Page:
Fast forward to when I was going to zero everything and found out the slick side upper pic rail was slightly canted. Everything you mounted to it (iron sights, scope rails, or red dots) were all canted slightly off. It was the upper that was fubar'd. Nothing I did, so I had to swap to a different receiver (one with a standard forge mark so everything was straight and in spec)

Well, the difference in the barrel nut thread caused the timing to be off on my handguard/silencer tube, so I had to take it apart and lap the face of the receiver, and then I had to chuck the barrel itself up in my lathe and remove enough of the surface so everything would time back up in the proper place when the barrel nut was torqued down in place.

This isn't a standard build. It's truly an integral suppressed upper. Not some large internal diameter handguard where someone fits a silencer underneath and calls it an integral upper. This one truly is all built into the upper

All of this could've been avoided if dpms didn't sell crappy stuff with crooked rails. Only reason I wanted a slickside in the first place was because 9mm uppers don't use a forward assist and I didn't want to junk up the build with one that was pointless though that's what I ended up having to do so anything mounted on the receiver would be straight.

Anyway, a picture is sometimes worth a thousand words. Maybe that would help you see why it was important to time the handguard back right? At the very least, if it didnt' time back up at the 12 o' clock position, the front sights would've been closer to the 5 o clock position because I had built everything according to the POS dpms upper.

Image

Image

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 Post subject: Re: Receiver lapping
PostPosted: Sun Oct 14, 2018 9:51 pm 
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Silent But Deadly
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John A. wrote:
When I first built the upper, I used one of those extruded slick side dpms uppers.

When I got it built and everything together, I marked where the 12 o' clock position was and had the freefloat tube engraved with the form1 info for the integral suppressor and got the picatinny rail threaded and installed, and the handguard that I was going to use to keep my fingers from getting hot.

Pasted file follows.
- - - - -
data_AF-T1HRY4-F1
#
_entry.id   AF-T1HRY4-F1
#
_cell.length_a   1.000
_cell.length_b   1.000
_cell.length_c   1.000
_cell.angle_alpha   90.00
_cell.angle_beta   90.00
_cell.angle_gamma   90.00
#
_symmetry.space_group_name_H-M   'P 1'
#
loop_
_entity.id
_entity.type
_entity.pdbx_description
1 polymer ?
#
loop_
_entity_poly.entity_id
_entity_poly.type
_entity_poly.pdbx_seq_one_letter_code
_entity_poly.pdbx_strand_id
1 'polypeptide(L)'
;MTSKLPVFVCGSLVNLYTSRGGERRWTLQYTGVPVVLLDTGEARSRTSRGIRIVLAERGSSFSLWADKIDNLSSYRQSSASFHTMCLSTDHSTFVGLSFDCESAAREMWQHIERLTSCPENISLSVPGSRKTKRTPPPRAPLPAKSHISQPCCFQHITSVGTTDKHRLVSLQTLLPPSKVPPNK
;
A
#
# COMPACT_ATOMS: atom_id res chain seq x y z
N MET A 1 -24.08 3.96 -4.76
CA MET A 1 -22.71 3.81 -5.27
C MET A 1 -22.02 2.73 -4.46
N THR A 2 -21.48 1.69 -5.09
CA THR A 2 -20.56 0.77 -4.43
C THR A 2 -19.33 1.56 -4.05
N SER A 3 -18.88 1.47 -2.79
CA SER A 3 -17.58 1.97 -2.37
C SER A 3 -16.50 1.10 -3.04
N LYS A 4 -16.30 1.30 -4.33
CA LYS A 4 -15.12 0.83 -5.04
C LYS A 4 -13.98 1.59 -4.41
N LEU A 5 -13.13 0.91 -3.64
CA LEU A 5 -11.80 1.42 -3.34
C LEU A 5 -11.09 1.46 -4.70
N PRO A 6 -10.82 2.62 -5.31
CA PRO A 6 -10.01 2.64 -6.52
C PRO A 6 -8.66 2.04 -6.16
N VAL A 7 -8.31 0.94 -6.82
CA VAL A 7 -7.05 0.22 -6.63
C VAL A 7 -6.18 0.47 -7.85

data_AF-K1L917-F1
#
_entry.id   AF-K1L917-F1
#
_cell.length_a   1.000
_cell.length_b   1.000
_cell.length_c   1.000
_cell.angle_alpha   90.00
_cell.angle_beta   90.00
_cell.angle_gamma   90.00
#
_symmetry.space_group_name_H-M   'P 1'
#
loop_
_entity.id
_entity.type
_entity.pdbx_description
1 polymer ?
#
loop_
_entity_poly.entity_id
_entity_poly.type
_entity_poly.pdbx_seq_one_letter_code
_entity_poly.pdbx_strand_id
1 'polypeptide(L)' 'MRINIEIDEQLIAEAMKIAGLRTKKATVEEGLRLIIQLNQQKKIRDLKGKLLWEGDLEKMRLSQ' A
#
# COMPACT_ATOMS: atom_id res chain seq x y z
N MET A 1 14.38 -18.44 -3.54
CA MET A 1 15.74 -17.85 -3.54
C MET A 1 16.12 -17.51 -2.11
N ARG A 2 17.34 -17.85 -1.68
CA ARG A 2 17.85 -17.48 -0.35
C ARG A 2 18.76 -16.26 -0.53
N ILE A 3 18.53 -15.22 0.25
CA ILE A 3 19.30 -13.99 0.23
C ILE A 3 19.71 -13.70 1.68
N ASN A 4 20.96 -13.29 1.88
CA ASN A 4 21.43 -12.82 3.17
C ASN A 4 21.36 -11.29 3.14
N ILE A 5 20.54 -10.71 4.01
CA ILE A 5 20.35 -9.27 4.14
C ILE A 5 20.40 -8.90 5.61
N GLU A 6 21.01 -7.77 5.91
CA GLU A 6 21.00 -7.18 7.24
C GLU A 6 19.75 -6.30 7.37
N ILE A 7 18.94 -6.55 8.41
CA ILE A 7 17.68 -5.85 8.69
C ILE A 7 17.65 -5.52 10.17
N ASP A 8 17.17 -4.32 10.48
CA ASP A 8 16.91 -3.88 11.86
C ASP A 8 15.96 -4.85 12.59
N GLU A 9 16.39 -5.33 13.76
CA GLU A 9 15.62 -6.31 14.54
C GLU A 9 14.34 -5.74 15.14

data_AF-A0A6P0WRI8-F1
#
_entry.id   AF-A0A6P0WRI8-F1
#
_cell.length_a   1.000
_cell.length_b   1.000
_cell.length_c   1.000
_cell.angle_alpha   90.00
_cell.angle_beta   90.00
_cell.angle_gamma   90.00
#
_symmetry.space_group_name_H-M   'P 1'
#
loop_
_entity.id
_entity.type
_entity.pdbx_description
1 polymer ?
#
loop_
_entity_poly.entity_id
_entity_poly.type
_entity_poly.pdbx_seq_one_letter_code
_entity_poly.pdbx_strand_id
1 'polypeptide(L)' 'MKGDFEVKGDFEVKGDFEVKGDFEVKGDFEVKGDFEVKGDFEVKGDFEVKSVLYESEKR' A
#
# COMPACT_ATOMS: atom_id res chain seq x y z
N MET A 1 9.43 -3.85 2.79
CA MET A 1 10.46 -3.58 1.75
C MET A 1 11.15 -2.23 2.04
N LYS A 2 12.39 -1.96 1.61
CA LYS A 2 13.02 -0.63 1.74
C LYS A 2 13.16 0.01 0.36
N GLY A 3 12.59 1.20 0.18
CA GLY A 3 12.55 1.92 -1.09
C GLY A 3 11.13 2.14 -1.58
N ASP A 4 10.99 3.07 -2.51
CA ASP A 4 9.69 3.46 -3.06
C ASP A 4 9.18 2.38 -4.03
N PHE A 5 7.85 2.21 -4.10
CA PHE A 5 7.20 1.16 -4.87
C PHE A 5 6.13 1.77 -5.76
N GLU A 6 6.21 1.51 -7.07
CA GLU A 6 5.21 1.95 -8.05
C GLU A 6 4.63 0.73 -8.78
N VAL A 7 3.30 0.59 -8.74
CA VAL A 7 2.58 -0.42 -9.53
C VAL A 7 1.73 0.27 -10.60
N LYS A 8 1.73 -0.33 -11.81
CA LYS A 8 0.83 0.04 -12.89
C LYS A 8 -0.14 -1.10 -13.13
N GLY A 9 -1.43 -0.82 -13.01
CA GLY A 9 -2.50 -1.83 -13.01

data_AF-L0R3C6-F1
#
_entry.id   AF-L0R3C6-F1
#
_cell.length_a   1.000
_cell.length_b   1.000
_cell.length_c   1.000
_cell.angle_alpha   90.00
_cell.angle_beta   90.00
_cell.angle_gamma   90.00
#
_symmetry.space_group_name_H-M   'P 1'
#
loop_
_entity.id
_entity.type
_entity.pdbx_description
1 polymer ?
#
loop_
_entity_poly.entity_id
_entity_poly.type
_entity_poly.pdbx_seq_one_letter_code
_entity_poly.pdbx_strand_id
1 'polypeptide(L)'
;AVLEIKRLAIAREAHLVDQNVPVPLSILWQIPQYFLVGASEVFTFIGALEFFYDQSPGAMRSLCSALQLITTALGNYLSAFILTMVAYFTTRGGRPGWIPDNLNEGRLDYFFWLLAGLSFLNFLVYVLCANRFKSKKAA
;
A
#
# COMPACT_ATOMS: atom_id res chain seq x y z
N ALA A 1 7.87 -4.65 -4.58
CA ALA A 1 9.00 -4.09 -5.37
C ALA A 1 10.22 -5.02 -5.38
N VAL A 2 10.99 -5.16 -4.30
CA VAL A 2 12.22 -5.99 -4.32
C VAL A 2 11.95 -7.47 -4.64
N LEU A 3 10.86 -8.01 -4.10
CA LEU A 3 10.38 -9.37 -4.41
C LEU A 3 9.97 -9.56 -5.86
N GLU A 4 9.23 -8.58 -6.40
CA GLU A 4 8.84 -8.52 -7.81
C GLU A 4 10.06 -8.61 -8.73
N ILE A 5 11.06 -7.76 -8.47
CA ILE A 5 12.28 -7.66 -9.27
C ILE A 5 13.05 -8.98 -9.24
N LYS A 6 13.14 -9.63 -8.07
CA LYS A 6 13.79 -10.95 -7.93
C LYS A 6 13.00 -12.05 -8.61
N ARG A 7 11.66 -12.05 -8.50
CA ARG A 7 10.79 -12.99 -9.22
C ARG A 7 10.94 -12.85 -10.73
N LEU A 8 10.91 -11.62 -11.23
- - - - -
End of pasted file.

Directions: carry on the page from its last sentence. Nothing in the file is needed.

Fast forward to when I was going to zero everything and found out the slick side upper pic rail was slightly canted. Everything you mounted to it (iron sights, scope rails, or red dots) were all canted slightly off. It was the upper that was fubar'd. Nothing I did, so I had to swap to a different receiver (one with a standard forge mark so everything was straight and in spec)

Well, the difference in the barrel nut thread caused the timing to be off on my handguard/silencer tube, so I had to take it apart and lap the face of the receiver, and then I had to chuck the barrel itself up in my lathe and remove enough of the surface so everything would time back up in the proper place when the barrel nut was torqued down in place.

This isn't a standard build. It's truly an integral suppressed upper. Not some large internal diameter handguard where someone fits a silencer underneath and calls it an integral upper. This one truly is all built into the upper

All of this could've been avoided if dpms didn't sell crappy stuff with crooked rails. Only reason I wanted a slickside in the first place was because 9mm uppers don't use a forward assist and I didn't want to junk up the build with one that was pointless though that's what I ended up having to do so anything mounted on the receiver would be straight.

Anyway, a picture is sometimes worth a thousand words. Maybe that would help you see why it was important to time the handguard back right? At the very least, if it didnt' time back up at the 12 o' clock position, the front sights would've been closer to the 5 o clock position because I had built everything according to the POS dpms upper.

Image

Image

That is very unique. Really cool. And yes, now I think i get what you were saying.


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 Post subject: Re: Receiver lapping
PostPosted: Mon Oct 15, 2018 10:03 am 
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Silent But Deadly
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Joined: Tue Jun 23, 2009 8:31 pm
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Location: Oakland County, MI
bangbangping wrote:
dellet wrote:
It will change your sight radius if you shoot irons and you won’t be able to win the nationals until you recalculate all your drops.

Image

Image


Image